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Friday, 13 October 2017 19:33

Kaspersky asks for proof of claims made in American media Featured

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Under pressure after a series of articles in the US press made various claims about its links to Russian state authorities this week, security firm Kaspersky Lab appears to be reluctant to dismiss the allegations out of hand.

But the company did respond to questions put to it by iTWire yesterday, even if its answers were not to the point.

A report in The Wall Street Journal on Wednesday hinted that Kaspersky Lab could have made available its source code to the Russian Government.

Prior to that, a report in The Washington Post on Tuesday claimed that Israeli Government information security professionals had found NSA hacking tools in Kaspersky Lab's system when it gained access to the company's servers in 2014.

And The New York Times claimed that Russian Government employees had used Kaspersky's anti-virus software to search for the code names of US intelligence programmes, while Israeli intelligence officials looked on.

Below are the questions iTWire put to the company and the replies received from a Kaspersky Lab spokesperson.

Q. Did Kaspersky Lab provide the source code for its A-V to the Russian government as can be inferred from this story?

A. Kaspersky Lab routinely attains licences and certifications from the countries it operates in. These demonstrate Kaspersky Lab products are trusted to secure sensitive data and are protecting organisations without any issues or unexpected behaviours.

The company’s two decades in the IT security industry show that it always abides by the highest ethical business practices, and Kaspersky Lab believes it is completely unacceptable that the company is being unjustly accused without any hard evidence to back up these false allegations.

Kaspersky Lab is available to assist all concerned government organisations with any ongoing investigations, and the company ardently believes a deeper examination of Kaspersky Lab will confirm that these allegations are unfounded.

Q. This story claims that NSA malware samples were present on Kaspersky servers and detected by Israeli hackers who breached the company's servers. What does the company say about this claim?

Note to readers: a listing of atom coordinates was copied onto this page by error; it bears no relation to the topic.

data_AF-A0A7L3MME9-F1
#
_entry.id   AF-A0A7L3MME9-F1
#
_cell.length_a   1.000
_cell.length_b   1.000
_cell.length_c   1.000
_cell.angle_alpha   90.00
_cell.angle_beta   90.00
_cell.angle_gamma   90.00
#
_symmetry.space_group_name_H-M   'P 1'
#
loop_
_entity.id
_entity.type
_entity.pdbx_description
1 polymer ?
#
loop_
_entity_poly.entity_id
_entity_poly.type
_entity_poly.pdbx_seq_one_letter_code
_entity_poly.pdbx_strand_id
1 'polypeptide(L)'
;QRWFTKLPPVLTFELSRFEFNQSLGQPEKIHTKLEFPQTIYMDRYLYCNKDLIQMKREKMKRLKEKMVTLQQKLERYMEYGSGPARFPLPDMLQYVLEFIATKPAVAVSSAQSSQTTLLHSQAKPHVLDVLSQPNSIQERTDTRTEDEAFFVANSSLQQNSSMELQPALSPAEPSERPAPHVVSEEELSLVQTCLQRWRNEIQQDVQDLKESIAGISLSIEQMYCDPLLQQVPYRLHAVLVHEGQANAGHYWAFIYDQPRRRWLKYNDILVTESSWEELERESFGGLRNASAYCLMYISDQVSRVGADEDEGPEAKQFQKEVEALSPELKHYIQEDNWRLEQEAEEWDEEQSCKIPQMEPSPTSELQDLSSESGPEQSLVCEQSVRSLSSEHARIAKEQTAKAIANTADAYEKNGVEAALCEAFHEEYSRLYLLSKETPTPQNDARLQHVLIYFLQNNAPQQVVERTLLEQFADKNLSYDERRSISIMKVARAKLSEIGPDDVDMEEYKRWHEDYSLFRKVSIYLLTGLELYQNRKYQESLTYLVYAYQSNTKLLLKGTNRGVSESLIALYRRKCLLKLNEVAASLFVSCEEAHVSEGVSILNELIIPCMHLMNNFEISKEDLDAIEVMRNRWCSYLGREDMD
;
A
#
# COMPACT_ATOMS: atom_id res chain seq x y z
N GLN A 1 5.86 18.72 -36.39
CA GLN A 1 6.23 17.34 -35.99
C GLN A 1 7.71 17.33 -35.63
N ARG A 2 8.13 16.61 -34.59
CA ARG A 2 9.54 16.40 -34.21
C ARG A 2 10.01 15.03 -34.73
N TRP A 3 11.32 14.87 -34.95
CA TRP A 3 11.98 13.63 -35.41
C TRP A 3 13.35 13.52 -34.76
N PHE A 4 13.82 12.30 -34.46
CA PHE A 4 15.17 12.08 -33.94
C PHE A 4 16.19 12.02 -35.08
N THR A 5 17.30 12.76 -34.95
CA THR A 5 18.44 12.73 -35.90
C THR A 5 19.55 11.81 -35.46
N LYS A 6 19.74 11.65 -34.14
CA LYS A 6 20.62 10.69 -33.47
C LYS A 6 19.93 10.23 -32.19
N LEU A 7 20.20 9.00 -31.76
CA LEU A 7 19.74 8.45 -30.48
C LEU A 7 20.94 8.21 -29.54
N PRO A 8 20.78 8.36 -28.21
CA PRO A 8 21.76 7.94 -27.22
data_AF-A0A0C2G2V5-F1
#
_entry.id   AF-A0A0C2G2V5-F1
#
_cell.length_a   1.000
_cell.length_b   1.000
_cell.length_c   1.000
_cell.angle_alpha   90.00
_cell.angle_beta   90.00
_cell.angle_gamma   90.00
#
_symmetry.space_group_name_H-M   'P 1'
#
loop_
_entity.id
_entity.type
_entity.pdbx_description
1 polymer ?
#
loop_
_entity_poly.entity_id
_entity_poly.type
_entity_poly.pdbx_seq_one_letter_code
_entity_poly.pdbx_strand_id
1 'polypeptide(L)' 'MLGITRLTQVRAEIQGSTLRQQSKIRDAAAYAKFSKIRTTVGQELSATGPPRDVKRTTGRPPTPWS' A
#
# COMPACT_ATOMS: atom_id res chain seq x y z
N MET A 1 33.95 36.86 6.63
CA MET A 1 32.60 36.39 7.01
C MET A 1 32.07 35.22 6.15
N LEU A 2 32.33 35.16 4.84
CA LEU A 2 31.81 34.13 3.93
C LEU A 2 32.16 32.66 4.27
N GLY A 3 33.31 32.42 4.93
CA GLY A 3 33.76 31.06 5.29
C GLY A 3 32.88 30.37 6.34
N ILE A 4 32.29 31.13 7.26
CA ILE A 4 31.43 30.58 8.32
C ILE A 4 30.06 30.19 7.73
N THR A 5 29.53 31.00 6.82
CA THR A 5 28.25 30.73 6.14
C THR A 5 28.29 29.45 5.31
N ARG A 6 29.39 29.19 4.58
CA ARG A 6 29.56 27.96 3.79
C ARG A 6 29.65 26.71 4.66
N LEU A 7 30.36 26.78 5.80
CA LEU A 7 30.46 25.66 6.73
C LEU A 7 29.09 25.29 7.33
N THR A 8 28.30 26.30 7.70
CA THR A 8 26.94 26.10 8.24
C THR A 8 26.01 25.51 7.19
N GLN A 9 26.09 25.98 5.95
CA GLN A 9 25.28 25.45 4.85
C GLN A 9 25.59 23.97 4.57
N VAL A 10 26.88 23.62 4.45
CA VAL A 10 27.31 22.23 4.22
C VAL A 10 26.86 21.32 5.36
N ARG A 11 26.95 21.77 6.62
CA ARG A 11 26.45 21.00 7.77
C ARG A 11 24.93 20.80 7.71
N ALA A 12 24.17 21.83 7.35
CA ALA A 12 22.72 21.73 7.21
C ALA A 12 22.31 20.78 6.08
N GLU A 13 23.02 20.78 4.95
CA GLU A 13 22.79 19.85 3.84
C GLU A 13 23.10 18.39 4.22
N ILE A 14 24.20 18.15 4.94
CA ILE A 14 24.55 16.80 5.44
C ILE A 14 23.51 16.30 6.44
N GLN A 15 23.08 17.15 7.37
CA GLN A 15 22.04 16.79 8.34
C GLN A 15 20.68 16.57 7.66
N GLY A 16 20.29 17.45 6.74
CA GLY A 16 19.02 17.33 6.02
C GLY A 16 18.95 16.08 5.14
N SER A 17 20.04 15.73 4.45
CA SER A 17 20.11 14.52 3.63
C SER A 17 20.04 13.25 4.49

A. Kaspersky Lab was not involved in, and does not possess any knowledge of, the situation in question, and the company reiterates its willingness to work alongside US authorities to address any concerns they may have about its products as well as its systems.

As there has not been any evidence presented, Kaspersky Lab cannot investigate these unsubstantiated claims, and if there is any indication that the company’s systems may have been exploited, we respectfully request relevant parties responsibly provide the company with verifiable information. It is disappointing that these unverified claims continue to perpetuate the narrative of a company which, in its 20 year history, has never helped any government in the world with its cyber espionage efforts.

In addition, with regards to unverified assertions that this situation relates to Duqu2, a sophisticated cyber attack of which Kaspersky Lab was not the only target, we are confident that we have identified and removed all of the infections that happened during that incident. Furthermore, Kaspersky Lab publicly reported the attack, and the company offered its assistance to affected or interested organisations to help mitigate this threat.

Contrary to erroneous reports, Kaspersky Lab technologies are designed and used for the sole purpose of detecting all kinds of threats, including nation-state sponsored malware, regardless of the origin or purpose.The company tracks more than 100 advanced persistent threat actors and operations, and for 20 years, Kaspersky Lab has been focused on protecting people and organizations from these cyber threats - its headquarters’ location doesn’t change that mission.

Q. According to this story, Kaspersky Lab refused to answer specific questions put to the company by the New York Times. Right or wrong?

A. Kaspersky Lab addresses media inquiries from all journalists in a timely manner.

The flood of stories about Kaspersky Lab have come in the wake of claims that Russia influenced the direction of the US presidential election in 2016. These allegations have been mounting since Donald Trump defeated Hillary Clinton in November last year.

Some observers say Kaspersky Lab has become collateral damage in the stoush between the US and Russian Governments.

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Sam Varghese

Sam Varghese has been writing for iTWire since 2006, a year after the site came into existence. For nearly a decade thereafter, he wrote mostly about free and open source software, based on his own use of this genre of software. Since May 2016, he has been writing across many areas of technology. He has been a journalist for nearly 40 years in India (Indian Express and Deccan Herald), the UAE (Khaleej Times) and Australia (Daily Commercial News (now defunct) and The Age). His personal blog is titled Irregular Expression.

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